Atomic Red Tape
At Atomic Tape . com you can find lots of information about atomic tape. In this case, the tape is the proverbial “red tape” about atomic nuclear power. As seen in The Times of India, November 19, 2007:
The political paralysis over the nuclear deal – which as these columns have argued is overwhelmingly in India’s interest – may not have arisen at all if the BJP had been supportive of what it had itself initiated when in power between 1998 and 2004. It carried out nuclear tests at Pokhran, then imposed a unilateral moratorium on nuclear testing and initiated a process of rapprochement with the US. The nuclear deal is the logical culmination of that process.
Had the BJP not put politics above national interest by baiting the Left to pull out of the government over the nuclear deal, the Left would not have resisted the deal tooth and nail as it is doing now. For the record, the BJP’s position is that the deal ties India’s hands by preventing it from conducting nuclear tests in future. Opposition leader L K Advani has said that India should make preparations to conduct a Pokhran-III, if necessary. This kind of political posturing sums up what is depressing and vacuous about India’s nuclear debate. Nuclear explosions are not like Diwali crackers one sets off every now and then. There’s a global consensus against testing, broken in recent times only by rogue states such as North Korea.
That’s why the BJP-led government imposed a moratorium on testing after Pokhran-II.
It should also be noted that the nuclear deal itself doesn’t foreclose India’s nuclear testing options. It doesn’t state that civilian nuclear cooperation with India ceases the day it carries out tests. That would require a determination by the American president that there were no extenuating circumstances for India carrying out more tests; that, for example, a worsening security situation didn’t force its hand.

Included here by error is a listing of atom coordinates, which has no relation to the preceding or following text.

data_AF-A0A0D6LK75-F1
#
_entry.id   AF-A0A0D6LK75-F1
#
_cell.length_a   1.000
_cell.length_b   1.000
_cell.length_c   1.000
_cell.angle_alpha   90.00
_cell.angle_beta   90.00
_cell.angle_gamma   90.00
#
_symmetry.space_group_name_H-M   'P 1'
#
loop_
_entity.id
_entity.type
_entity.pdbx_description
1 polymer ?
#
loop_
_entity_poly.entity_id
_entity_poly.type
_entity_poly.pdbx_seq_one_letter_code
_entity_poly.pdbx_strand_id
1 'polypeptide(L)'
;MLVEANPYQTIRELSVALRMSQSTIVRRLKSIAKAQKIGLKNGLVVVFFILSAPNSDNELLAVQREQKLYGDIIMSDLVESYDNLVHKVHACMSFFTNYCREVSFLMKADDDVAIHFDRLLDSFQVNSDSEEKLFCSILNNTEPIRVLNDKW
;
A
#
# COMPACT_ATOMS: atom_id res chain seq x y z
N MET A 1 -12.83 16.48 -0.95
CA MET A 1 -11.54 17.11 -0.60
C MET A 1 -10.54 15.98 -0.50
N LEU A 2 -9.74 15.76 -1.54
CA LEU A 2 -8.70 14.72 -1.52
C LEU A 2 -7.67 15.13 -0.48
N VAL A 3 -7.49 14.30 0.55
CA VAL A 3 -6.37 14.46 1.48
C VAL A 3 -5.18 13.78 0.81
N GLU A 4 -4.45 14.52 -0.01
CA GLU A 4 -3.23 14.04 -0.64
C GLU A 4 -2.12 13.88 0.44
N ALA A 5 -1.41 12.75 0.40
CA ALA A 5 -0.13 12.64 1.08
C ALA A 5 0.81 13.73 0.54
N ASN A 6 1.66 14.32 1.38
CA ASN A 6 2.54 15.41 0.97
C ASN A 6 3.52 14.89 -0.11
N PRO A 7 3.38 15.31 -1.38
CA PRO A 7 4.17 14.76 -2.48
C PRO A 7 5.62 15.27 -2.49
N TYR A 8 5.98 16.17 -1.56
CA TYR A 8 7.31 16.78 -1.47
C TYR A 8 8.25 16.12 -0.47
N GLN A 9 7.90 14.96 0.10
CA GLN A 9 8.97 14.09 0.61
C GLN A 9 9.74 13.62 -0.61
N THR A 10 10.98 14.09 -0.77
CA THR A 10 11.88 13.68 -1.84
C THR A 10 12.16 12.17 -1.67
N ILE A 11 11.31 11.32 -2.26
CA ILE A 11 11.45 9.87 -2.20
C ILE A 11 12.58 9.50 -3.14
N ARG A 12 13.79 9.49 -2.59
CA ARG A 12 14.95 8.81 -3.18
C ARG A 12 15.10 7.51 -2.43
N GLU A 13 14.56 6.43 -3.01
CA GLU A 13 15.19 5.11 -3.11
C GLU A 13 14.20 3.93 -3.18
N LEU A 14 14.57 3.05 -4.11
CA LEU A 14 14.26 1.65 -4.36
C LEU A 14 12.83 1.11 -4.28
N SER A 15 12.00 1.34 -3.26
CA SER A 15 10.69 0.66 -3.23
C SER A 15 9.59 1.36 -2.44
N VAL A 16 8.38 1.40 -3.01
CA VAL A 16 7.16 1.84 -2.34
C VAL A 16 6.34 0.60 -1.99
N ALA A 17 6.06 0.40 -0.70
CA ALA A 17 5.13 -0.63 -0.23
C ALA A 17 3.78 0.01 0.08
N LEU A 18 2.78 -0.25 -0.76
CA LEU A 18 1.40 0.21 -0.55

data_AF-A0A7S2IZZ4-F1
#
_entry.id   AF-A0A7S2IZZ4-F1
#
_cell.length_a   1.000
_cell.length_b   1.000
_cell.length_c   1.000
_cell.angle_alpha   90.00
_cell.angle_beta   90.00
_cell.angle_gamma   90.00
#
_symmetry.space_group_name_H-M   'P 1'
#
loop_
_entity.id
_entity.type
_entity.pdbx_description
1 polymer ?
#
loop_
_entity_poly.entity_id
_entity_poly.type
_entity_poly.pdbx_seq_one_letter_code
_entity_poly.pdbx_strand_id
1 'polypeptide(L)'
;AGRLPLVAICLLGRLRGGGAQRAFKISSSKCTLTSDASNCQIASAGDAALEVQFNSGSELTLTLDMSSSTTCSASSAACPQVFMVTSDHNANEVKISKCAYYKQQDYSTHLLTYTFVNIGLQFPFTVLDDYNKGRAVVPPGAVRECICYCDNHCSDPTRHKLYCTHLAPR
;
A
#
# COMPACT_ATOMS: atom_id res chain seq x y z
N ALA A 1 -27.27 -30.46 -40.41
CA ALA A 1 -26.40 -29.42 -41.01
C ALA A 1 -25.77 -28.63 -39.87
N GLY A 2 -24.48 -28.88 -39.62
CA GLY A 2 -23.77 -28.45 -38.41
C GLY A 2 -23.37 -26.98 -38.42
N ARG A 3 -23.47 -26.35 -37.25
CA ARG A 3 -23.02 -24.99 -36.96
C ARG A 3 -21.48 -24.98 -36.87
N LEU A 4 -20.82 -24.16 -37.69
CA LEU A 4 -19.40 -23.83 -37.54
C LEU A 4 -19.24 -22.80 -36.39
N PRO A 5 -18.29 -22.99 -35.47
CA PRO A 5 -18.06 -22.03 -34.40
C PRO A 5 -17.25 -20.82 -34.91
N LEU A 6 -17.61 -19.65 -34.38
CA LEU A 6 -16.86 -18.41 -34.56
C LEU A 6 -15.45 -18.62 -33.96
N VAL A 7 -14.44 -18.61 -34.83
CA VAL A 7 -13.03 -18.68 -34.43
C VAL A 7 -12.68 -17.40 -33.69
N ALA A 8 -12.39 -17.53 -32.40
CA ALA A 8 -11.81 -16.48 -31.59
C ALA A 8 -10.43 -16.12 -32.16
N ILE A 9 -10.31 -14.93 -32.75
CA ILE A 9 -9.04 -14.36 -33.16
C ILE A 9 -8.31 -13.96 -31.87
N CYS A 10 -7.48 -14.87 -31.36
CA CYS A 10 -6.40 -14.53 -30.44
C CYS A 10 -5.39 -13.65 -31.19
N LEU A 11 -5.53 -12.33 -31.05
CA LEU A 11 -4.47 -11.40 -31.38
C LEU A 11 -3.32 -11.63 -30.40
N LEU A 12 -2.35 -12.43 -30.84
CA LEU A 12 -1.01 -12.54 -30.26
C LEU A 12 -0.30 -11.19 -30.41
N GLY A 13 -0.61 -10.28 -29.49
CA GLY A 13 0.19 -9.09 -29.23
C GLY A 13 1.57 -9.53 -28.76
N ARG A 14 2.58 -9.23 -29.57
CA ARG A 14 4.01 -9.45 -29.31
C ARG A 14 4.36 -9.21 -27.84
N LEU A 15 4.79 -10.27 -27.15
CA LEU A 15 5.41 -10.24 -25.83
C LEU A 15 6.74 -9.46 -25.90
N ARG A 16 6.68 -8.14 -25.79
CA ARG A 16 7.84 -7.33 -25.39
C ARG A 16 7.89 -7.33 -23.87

If India’s neighbours were to carry out new nuclear tests – which is the only conceivable situation in which New Delhi could be driven to test – it can always cite compelling reasons to do so. A confident Indian government should realise that Washington desires good relations with New Delhi as much as New Delhi does with Washington.
But let’s take the worst case scenario, where New Delhi carries out tests and Washington suspends nuclear cooperation in response. Even in that case New Delhi is back to where it is now; it isn’t any worse off. Like the Left, the BJP doesn’t have any real case against the nuclear deal. Let’s not allow it to be derailed because of procedural nitpicking.
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